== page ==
Pioneering vet backed by Brian May to speak at NI TB conference
A vet whose pioneering research into bovine TB has been backed by militant animal rights activist Queen guitarist Brian May is set to speak at a major TB conference in Northern Ireland next Thursday.
The Pedigree Cattle Trust has organised the event, which takes place next week in the Seagoe Hotel, Portadown, Co. Armagh.
The conference will run between 7:30pm to 9:30pm this Thursday, January 25, and aims to highlight developments in bovine TB testing.
Guest speakers are set to include: Richard Sibley, a pioneering vet trialling early detection methods for bovine TB; David Simpson MP; Victor Chestnutt, deputy president of the Ulster Farmers’ Union (UFU); and Fraser Menzies, DAERA veterinary epidemiology unit.
Richard Sibley has been carrying out research which he believes may help eradicate bovine tuberculosis without a single badger being killed.
He is trialling two new tests – the first of these detects TB in cattle months before they test positive with the traditional “skin test”.
To find out if they are infectious, a second test detects TB in dung, showing if a cow is “shedding” – spreading – the disease.
Also joining the TB conference panel is Upper Bann MP David Simpson, a senior partner in a successful business in the agri-food sector which has been operating for more than 30 years.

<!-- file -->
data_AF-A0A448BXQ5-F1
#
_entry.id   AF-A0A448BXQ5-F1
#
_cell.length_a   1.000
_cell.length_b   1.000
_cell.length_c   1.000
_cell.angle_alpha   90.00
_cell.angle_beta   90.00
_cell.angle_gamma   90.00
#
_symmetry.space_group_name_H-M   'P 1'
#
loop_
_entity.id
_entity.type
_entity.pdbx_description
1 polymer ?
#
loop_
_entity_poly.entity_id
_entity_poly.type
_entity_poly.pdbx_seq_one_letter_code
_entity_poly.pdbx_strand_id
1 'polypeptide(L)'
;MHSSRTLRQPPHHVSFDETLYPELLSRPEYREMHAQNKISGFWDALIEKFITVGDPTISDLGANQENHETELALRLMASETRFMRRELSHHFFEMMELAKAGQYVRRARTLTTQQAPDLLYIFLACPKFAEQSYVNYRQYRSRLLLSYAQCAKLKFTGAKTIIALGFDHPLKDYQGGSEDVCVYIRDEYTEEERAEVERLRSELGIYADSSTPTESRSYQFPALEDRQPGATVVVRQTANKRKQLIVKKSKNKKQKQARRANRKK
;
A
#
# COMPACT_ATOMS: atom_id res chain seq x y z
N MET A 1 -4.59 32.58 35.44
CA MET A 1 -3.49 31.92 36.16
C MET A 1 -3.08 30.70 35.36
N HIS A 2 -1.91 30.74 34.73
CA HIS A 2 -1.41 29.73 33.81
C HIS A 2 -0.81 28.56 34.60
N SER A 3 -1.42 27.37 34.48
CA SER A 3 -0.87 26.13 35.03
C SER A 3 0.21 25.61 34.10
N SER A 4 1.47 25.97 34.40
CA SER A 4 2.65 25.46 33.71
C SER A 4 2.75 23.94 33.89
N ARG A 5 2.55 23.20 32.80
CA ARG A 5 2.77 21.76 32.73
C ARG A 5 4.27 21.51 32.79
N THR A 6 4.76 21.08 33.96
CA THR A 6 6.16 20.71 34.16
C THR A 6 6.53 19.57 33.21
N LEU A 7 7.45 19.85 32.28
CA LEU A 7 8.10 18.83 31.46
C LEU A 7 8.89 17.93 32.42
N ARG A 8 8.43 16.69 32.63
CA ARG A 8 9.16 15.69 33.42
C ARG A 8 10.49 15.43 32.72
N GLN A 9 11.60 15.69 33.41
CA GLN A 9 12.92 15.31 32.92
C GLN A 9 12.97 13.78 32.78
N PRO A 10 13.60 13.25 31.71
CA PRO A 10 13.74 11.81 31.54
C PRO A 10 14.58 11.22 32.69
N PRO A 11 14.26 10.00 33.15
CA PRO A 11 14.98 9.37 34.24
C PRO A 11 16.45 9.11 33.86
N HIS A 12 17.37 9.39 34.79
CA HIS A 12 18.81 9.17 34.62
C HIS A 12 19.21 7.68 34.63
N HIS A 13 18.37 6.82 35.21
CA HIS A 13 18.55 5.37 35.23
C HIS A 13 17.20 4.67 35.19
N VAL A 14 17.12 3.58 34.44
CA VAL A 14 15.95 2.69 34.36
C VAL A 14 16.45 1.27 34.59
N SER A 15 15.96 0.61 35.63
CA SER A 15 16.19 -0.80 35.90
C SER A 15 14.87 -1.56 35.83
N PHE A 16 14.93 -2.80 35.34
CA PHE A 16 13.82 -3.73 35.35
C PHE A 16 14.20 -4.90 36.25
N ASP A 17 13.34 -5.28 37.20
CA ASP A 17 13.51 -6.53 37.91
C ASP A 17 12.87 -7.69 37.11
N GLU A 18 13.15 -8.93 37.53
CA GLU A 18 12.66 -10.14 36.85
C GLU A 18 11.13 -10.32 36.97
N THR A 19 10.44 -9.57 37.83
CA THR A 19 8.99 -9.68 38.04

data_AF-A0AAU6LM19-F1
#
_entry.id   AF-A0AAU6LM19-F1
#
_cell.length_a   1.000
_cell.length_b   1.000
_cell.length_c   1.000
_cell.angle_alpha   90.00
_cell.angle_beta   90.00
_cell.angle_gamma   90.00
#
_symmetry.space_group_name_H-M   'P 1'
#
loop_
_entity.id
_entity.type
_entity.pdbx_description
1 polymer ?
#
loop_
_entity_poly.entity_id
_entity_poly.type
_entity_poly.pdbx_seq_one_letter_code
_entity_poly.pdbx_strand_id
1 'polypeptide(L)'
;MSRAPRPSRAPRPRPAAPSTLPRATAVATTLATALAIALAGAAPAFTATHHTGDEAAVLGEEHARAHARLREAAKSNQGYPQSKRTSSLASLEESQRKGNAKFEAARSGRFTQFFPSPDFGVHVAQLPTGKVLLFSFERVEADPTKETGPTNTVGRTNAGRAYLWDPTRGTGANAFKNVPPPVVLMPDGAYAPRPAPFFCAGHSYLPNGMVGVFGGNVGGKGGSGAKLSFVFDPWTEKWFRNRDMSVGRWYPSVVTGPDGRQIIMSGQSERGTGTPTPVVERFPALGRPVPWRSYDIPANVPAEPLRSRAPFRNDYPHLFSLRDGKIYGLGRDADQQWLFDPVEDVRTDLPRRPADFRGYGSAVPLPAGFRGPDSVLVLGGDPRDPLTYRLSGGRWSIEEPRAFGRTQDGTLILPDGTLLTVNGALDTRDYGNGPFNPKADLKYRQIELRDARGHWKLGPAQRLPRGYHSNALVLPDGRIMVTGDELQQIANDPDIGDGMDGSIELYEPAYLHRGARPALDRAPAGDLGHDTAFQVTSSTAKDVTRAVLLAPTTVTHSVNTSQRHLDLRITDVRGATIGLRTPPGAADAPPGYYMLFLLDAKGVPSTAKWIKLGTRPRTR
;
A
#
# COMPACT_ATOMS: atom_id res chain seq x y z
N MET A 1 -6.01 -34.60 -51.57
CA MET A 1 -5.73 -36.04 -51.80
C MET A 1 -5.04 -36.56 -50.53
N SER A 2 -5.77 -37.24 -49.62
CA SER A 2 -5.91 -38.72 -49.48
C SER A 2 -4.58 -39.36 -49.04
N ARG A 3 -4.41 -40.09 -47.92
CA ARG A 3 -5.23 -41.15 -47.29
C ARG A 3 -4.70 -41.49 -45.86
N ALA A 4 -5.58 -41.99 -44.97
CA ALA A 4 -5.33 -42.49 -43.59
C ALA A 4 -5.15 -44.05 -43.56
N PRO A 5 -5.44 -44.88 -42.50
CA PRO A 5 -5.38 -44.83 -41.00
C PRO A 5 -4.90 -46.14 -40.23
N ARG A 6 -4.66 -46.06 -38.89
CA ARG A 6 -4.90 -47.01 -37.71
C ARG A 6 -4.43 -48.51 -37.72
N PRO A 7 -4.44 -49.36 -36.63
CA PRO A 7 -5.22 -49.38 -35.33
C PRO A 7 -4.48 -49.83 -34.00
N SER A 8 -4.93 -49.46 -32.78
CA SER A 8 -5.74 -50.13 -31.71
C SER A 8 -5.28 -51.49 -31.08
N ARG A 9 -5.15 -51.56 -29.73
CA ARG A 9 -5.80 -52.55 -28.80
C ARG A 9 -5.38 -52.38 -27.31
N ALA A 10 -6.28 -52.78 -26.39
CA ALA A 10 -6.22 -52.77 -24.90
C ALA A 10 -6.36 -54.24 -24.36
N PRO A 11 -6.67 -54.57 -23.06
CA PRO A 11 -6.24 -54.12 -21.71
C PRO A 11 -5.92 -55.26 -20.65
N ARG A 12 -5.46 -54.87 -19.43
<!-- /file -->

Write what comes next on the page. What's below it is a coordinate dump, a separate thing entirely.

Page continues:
It currently trades in Northern Ireland, Britain, the Republic of Ireland, the EU and Far East. He is the DUP Westminster spokesman on Business, Skills and Innovation; and Environment, Food and Rural Affairs, while he also sits on Westminster’s Environment, Food and Rural Affairs Committee.
Fraser Menzies, DAERA veterinary epidemiology unit
Fraser Menzies qualified as a veterinary surgeon in 1982 and spent five years in farm animal practice in Northern Ireland prior to joining the Scottish Agricultural College’s Veterinary Investigation Service after completion of an MSc.
He returned to Northern Ireland in 1990 to work as a veterinary epidemiologist at the then Veterinary Research Laboratories, Stormont.
His interest in population medicine has led to work across many species and diseases, from farmed salmon to badgers and from campylobacter in poultry to bovine TB.
He obtained his PhD from Queen’s University, Belfast investigating some of the economically-important diseases of cattle – coliform mastitis and liver fluke.
Menzies joined DAERA’s veterinary epidemiology unit, which he currently manages, at its formation in 2003.
The bulk of the epidemiology unit’s work currently revolves around the epidemiology of bovine TB and evaluating the risk and mitigation measures from preventing exotic animal diseases entering Northern Ireland.